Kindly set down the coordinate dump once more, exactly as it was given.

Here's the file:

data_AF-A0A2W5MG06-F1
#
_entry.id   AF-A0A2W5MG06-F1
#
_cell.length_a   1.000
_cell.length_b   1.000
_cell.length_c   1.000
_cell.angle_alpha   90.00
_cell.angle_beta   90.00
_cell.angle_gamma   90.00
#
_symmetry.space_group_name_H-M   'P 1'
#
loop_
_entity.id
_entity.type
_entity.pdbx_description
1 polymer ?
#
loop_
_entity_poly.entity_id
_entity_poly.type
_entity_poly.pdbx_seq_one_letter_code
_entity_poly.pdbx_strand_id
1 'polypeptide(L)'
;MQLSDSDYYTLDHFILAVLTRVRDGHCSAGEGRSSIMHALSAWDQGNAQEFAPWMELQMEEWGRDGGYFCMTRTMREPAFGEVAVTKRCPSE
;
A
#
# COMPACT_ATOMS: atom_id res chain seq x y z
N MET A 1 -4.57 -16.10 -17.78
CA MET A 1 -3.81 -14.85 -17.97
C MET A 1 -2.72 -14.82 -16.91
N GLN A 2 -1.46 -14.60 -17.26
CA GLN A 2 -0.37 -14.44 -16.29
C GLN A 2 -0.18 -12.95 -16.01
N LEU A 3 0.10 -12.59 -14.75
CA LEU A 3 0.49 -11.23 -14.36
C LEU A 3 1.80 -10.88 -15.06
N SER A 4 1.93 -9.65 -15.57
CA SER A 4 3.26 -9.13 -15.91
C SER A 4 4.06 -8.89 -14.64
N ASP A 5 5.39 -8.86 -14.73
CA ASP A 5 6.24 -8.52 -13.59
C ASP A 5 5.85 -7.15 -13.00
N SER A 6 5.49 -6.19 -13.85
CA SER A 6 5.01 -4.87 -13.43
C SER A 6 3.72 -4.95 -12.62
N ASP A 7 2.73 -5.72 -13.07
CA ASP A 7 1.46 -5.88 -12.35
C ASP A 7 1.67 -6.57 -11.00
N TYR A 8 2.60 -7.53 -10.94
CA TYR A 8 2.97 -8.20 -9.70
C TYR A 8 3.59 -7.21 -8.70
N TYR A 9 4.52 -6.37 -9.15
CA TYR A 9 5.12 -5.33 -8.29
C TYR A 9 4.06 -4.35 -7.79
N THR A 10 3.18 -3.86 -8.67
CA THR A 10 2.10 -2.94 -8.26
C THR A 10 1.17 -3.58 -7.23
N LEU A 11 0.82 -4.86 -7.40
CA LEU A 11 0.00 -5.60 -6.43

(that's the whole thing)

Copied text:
data_AF-A0A2W5MG06-F1
#
_entry.id   AF-A0A2W5MG06-F1
#
_cell.length_a   1.000
_cell.length_b   1.000
_cell.length_c   1.000
_cell.angle_alpha   90.00
_cell.angle_beta   90.00
_cell.angle_gamma   90.00
#
_symmetry.space_group_name_H-M   'P 1'
#
loop_
_entity.id
_entity.type
_entity.pdbx_description
1 polymer ?
#
loop_
_entity_poly.entity_id
_entity_poly.type
_entity_poly.pdbx_seq_one_letter_code
_entity_poly.pdbx_strand_id
1 'polypeptide(L)'
;MQLSDSDYYTLDHFILAVLTRVRDGHCSAGEGRSSIMHALSAWDQGNAQEFAPWMELQMEEWGRDGGYFCMTRTMREPAFGEVAVTKRCPSE
;
A
#
# COMPACT_ATOMS: atom_id res chain seq x y z
N MET A 1 -4.57 -16.10 -17.78
CA MET A 1 -3.81 -14.85 -17.97
C MET A 1 -2.72 -14.82 -16.91
N GLN A 2 -1.46 -14.60 -17.26
CA GLN A 2 -0.37 -14.44 -16.29
C GLN A 2 -0.18 -12.95 -16.01
N LEU A 3 0.10 -12.59 -14.75
CA LEU A 3 0.49 -11.23 -14.36
C LEU A 3 1.80 -10.88 -15.06
N SER A 4 1.93 -9.65 -15.57
CA SER A 4 3.26 -9.13 -15.91
C SER A 4 4.06 -8.89 -14.64
N ASP A 5 5.39 -8.86 -14.73
CA ASP A 5 6.24 -8.52 -13.59
C ASP A 5 5.85 -7.15 -13.00
N SER A 6 5.49 -6.19 -13.85
CA SER A 6 5.01 -4.87 -13.43
C SER A 6 3.72 -4.95 -12.62
N ASP A 7 2.73 -5.72 -13.07
CA ASP A 7 1.46 -5.88 -12.35
C ASP A 7 1.67 -6.57 -11.00
N TYR A 8 2.60 -7.53 -10.94
CA TYR A 8 2.97 -8.20 -9.70
C TYR A 8 3.59 -7.21 -8.70
N TYR A 9 4.52 -6.37 -9.15
CA TYR A 9 5.12 -5.33 -8.29
C TYR A 9 4.06 -4.35 -7.79
N THR A 10 3.18 -3.86 -8.67
CA THR A 10 2.10 -2.94 -8.26
C THR A 10 1.17 -3.58 -7.23
N LEU A 11 0.82 -4.86 -7.40
CA LEU A 11 0.00 -5.60 -6.43